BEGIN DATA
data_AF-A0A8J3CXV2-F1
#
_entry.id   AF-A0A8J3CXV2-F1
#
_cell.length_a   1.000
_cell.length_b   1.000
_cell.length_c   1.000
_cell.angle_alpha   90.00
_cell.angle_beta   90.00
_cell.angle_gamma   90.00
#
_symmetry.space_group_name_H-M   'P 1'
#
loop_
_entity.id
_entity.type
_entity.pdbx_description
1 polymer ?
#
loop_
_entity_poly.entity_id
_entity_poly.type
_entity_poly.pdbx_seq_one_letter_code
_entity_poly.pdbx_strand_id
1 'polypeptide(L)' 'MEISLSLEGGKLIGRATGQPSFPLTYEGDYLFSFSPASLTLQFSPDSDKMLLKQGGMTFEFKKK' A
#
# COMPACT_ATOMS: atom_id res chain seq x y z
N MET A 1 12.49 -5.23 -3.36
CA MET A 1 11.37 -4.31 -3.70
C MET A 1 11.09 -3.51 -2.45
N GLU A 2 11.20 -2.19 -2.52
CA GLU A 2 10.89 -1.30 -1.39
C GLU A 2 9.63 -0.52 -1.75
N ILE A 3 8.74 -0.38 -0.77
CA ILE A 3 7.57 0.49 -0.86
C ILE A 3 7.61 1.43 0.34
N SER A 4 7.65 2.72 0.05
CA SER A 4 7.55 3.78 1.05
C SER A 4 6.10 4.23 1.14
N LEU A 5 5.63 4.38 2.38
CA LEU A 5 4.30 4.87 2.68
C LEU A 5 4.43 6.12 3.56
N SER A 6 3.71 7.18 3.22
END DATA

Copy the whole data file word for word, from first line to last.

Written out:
data_AF-A0A8J3CXV2-F1
#
_entry.id   AF-A0A8J3CXV2-F1
#
_cell.length_a   1.000
_cell.length_b   1.000
_cell.length_c   1.000
_cell.angle_alpha   90.00
_cell.angle_beta   90.00
_cell.angle_gamma   90.00
#
_symmetry.space_group_name_H-M   'P 1'
#
loop_
_entity.id
_entity.type
_entity.pdbx_description
1 polymer ?
#
loop_
_entity_poly.entity_id
_entity_poly.type
_entity_poly.pdbx_seq_one_letter_code
_entity_poly.pdbx_strand_id
1 'polypeptide(L)' 'MEISLSLEGGKLIGRATGQPSFPLTYEGDYLFSFSPASLTLQFSPDSDKMLLKQGGMTFEFKKK' A
#
# COMPACT_ATOMS: atom_id res chain seq x y z
N MET A 1 12.49 -5.23 -3.36
CA MET A 1 11.37 -4.31 -3.70
C MET A 1 11.09 -3.51 -2.45
N GLU A 2 11.20 -2.19 -2.52
CA GLU A 2 10.89 -1.30 -1.39
C GLU A 2 9.63 -0.52 -1.75
N ILE A 3 8.74 -0.38 -0.77
CA ILE A 3 7.57 0.49 -0.86
C ILE A 3 7.61 1.43 0.34
N SER A 4 7.65 2.72 0.05
CA SER A 4 7.55 3.78 1.05
C SER A 4 6.10 4.23 1.14
N LEU A 5 5.63 4.38 2.38
CA LEU A 5 4.30 4.87 2.68
C LEU A 5 4.43 6.12 3.56
N SER A 6 3.71 7.18 3.22